* Clarkson Station has good visibilty from the surrounding transit oriented residential development. This comprises townhouses of not particularly high density. Only one retail establishment was seen though more may be built as the development is still unfinished. Areas further from the station towards the sea are already developed as conventional suburban housing.

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Sunday, September 23, 2007

Transperth Passenger Information: suburban areas

More pictures, this time around suburban stations and bus stops.

1. Bus stop on Safety Bay Road. Stops are now uniquely numbered.

2. Bus stop in Albany Highway, Victoria Park. The front shows routes and a schematic diagram of routes. A multi-route composite timetable is provided on the rear.

3. Map of bus routes at Cannington Station. These maps are provided at all major suburban stations and bus interchanges.

Train times are shown on a similar board nearby, aligned to face passengers walking up to the station. Bus times are listed on the rear, intended to be visible to alighting train passengers.

4. Passenger information at Thornlie. Comprises area transport map plus a self-serve rack with local train and bus timetables. Larger racks, stocked with all metropolitan timetables, are provided at major CBD stations and interchanges such as East Perth.

5. Platform communications system at Joondalup. The four buttons are as follows L-R: (i) Talk to Transperth for travel assistance, (ii) time of next train from Perth, (iii) time of next train to Perth, (iv) Report emergency.

6. Next train display at Cannington. Stopping patterns are given a lettered code shown on these displays and paper timetables.

7. Train arrival information provided at the new Clarkson Station. These displays are installed at each bus bay.

8. Clarkson Station. The surrounding area is currently being developed for housing as part of a transit oriented development. The visibility of the station is enhanced by its street-end location and the prominent sign in front.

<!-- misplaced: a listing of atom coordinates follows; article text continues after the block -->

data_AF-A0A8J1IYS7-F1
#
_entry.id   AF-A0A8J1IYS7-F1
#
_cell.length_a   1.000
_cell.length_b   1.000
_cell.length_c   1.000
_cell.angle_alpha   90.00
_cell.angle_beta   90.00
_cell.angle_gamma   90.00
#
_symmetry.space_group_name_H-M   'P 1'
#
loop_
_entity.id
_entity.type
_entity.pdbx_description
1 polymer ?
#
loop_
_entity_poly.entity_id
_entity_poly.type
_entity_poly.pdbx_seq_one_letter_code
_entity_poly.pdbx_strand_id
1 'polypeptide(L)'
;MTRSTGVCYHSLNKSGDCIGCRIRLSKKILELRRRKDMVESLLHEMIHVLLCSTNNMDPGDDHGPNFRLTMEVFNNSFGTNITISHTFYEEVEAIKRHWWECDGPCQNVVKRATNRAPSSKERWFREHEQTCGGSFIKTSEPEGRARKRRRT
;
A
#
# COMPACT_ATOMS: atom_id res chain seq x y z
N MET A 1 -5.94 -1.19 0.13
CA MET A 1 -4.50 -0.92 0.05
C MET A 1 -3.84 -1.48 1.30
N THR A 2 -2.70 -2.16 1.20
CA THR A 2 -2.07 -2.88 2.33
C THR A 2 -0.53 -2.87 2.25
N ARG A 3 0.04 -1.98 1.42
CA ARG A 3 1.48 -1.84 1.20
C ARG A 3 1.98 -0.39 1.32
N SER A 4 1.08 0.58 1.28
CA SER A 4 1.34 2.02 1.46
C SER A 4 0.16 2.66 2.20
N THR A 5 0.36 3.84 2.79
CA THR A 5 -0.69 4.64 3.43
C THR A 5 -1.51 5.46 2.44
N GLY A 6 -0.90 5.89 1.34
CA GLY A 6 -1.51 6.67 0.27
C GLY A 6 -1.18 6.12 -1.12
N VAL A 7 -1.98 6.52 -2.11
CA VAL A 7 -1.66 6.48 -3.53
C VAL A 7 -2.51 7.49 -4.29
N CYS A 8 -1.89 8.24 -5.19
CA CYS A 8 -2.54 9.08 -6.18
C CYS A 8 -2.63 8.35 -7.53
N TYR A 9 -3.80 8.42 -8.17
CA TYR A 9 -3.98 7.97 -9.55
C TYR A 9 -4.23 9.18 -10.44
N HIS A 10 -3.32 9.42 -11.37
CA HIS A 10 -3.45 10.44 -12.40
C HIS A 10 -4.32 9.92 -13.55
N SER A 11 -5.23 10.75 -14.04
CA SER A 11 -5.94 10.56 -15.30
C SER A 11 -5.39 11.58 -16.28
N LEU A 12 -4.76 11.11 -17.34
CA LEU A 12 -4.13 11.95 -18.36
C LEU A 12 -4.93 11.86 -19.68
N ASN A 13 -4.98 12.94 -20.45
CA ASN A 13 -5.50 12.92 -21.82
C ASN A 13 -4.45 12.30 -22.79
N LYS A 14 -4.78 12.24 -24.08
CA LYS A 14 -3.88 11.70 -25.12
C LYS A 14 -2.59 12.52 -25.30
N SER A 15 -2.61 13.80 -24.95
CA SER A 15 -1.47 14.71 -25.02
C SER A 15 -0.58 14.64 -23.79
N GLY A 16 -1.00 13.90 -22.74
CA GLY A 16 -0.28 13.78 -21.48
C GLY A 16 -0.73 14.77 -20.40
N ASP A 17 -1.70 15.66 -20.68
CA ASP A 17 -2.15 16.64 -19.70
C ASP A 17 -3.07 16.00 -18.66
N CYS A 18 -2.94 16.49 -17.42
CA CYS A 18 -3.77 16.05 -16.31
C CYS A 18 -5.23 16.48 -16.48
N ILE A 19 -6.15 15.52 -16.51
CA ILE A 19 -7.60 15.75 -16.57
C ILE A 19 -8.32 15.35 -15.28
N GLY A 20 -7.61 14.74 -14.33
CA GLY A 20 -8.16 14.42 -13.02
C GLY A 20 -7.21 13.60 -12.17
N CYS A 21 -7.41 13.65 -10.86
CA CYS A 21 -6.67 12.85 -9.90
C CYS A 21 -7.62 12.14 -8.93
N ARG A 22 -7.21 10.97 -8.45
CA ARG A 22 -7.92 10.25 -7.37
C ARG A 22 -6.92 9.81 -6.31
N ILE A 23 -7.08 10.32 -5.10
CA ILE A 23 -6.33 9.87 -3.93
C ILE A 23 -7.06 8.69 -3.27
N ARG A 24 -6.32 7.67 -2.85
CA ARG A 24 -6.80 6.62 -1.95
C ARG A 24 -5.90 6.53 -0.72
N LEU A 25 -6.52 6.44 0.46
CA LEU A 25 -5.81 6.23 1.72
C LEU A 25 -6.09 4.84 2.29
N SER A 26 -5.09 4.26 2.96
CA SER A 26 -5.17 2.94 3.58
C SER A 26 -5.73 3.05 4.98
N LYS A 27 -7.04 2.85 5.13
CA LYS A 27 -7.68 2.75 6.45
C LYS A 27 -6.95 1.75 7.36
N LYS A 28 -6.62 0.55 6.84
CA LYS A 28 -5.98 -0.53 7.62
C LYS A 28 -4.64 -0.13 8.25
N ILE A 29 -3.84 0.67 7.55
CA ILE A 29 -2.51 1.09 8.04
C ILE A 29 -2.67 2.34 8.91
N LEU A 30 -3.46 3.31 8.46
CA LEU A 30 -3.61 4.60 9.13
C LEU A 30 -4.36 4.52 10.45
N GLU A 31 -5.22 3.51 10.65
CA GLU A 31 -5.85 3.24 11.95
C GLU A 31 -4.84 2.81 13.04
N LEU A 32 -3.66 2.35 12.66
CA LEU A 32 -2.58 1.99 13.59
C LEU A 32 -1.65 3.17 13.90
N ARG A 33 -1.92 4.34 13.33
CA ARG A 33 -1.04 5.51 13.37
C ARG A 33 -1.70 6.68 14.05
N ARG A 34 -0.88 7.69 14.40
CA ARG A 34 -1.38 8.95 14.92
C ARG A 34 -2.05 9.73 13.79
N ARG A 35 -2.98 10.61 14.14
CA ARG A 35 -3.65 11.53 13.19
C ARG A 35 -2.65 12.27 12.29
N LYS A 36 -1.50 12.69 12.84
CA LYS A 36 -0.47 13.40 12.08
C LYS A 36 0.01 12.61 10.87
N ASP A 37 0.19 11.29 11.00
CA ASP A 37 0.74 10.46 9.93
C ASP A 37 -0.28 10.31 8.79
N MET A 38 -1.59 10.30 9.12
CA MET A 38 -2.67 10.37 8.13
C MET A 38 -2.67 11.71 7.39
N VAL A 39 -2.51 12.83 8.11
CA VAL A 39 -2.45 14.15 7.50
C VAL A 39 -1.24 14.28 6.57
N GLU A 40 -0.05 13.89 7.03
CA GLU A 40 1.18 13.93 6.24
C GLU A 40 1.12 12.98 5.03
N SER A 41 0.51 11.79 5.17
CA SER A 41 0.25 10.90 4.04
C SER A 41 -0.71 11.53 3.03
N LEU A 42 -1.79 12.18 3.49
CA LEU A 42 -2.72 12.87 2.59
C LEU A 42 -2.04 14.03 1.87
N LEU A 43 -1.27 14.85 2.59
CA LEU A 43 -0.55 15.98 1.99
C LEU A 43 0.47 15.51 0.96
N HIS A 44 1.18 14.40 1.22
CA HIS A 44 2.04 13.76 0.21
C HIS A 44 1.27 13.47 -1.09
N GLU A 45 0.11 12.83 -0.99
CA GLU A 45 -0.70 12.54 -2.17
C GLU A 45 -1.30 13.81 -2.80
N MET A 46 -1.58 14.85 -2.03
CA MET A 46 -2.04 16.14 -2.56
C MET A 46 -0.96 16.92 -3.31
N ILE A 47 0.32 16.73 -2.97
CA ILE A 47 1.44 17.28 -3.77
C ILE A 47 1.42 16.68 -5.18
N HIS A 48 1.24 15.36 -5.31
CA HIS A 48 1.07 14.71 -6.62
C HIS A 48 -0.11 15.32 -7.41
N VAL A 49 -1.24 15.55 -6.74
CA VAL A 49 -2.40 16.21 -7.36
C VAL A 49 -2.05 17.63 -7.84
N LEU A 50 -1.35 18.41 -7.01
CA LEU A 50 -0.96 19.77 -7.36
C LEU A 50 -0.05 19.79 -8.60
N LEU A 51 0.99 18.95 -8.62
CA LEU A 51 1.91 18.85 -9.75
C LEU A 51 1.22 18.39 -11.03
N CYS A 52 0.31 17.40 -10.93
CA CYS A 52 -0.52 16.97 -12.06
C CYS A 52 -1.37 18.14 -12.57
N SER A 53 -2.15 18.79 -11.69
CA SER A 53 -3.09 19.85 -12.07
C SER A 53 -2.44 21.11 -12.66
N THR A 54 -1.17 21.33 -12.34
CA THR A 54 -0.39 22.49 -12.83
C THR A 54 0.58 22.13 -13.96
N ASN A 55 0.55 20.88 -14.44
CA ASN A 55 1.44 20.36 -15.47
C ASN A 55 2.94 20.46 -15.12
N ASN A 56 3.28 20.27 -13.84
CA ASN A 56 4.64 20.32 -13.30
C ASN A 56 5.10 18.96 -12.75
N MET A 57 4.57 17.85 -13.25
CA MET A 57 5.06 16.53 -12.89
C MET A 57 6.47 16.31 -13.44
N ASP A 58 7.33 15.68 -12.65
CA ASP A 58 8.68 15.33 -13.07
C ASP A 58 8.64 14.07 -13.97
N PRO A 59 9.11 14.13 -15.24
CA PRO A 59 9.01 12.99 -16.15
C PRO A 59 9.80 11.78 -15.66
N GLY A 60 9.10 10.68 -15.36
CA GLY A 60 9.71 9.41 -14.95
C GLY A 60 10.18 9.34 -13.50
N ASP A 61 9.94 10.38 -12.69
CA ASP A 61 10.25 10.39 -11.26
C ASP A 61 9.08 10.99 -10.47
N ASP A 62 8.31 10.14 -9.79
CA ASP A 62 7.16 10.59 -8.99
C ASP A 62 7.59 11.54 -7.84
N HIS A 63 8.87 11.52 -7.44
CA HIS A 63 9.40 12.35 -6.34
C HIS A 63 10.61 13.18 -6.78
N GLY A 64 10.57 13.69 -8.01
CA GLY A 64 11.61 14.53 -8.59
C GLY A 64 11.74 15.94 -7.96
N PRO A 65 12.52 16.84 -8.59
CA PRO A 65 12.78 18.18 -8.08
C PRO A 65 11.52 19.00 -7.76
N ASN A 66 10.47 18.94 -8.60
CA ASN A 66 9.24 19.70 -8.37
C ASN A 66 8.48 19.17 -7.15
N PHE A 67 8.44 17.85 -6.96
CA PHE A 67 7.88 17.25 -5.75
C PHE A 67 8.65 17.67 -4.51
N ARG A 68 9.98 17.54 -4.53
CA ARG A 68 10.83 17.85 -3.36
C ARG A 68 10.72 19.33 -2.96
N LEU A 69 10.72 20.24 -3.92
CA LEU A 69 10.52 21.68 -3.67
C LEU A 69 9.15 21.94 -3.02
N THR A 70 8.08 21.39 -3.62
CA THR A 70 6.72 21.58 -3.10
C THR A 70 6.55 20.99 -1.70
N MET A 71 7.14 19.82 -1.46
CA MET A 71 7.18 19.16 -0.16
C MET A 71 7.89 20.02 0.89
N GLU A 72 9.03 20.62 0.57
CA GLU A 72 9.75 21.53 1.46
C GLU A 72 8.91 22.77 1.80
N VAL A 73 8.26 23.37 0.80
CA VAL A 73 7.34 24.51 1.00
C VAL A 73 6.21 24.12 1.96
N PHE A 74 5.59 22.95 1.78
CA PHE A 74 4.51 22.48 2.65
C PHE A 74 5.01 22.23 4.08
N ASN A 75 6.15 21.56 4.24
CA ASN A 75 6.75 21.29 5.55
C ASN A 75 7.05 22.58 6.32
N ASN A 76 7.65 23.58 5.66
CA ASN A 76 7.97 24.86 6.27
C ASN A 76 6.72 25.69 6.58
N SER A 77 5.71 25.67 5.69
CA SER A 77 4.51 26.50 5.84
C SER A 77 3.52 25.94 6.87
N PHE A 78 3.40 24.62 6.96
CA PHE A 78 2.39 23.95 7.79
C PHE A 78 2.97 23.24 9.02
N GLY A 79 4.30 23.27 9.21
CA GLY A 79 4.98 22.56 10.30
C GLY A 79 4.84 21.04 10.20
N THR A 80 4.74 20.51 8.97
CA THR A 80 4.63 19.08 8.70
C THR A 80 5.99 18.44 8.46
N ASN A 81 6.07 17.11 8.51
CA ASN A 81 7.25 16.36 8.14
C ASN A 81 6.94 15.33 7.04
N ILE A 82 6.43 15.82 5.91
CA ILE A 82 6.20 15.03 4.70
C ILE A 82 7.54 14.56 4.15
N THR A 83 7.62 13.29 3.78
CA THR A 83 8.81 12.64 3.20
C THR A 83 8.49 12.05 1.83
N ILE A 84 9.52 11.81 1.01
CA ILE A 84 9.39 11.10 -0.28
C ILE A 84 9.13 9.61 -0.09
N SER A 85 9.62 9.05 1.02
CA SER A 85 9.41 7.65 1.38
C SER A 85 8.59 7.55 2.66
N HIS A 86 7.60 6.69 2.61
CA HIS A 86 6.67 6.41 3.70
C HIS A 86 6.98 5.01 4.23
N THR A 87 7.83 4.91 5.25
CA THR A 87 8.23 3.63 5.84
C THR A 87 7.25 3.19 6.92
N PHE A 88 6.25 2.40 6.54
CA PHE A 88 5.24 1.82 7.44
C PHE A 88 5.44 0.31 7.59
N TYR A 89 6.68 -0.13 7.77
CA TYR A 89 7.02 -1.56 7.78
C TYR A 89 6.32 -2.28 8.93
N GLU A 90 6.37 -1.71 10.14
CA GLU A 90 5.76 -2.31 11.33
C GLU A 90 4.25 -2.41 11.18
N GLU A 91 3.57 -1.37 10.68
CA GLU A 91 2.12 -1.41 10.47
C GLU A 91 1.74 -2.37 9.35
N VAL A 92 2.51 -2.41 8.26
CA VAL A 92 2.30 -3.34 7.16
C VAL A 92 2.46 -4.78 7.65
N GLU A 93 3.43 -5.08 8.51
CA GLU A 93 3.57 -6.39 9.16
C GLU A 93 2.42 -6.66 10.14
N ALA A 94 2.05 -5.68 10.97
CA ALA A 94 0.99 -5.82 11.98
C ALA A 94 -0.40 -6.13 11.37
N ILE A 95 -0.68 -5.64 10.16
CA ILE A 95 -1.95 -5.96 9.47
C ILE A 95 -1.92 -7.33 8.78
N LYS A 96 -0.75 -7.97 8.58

9. Taxi shelter at Armadale Station. This is located outside the station near the bus interchange. Contact numbers are prominently displayed.

10. The spotless pit at Cannington Station. Visible graffiti is rare and vandalism is generally in the form of window scratching (which is a severe problem on trains and buses). Train posters prohibit passengers from carrying items that could be used in acts of vandalism (including screwdrivers and paint brushes) while signs on buses warn that drivers are equipped with DNA test kits to identify spitting passengers.

Close-up of the station pit rail safety warning sign. These signs are provided throughout the network, with a campaign being run in the southern suburbs to coincide with the opening of the new Mandurah line.

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Transperth Passenger Information: CBD area

Following are some pictures taken of passenger information facilities during a recent trip to Perth. In recent years Perth has made big strides in its passenger information and has done much that other cities can learn from.

1. Perth Railway Station. Passenger Information Displays are visible above the platforms.

2. Map at the Esplanade Busport. Includes network schematic and guide to facilities.

3. Close-up of the network schematic. This includes (i) the suburban rail network, (ii) Circle Route, (iii) the most frequent bus routes, and (iv) other important bus routes.

4. Detailed transport map at Wellington Street Bus Station. The one pictures is for the northern suburbs; nearby is a similar map for the south. These maps are installed at suburban railway stations in positions where they can be seen by alighting passengers.

5. A large composite multi-route timetable listing all passing buses in time order. This example is located at the Victoria Park Bus Station just across the Causeway from Perth CBD.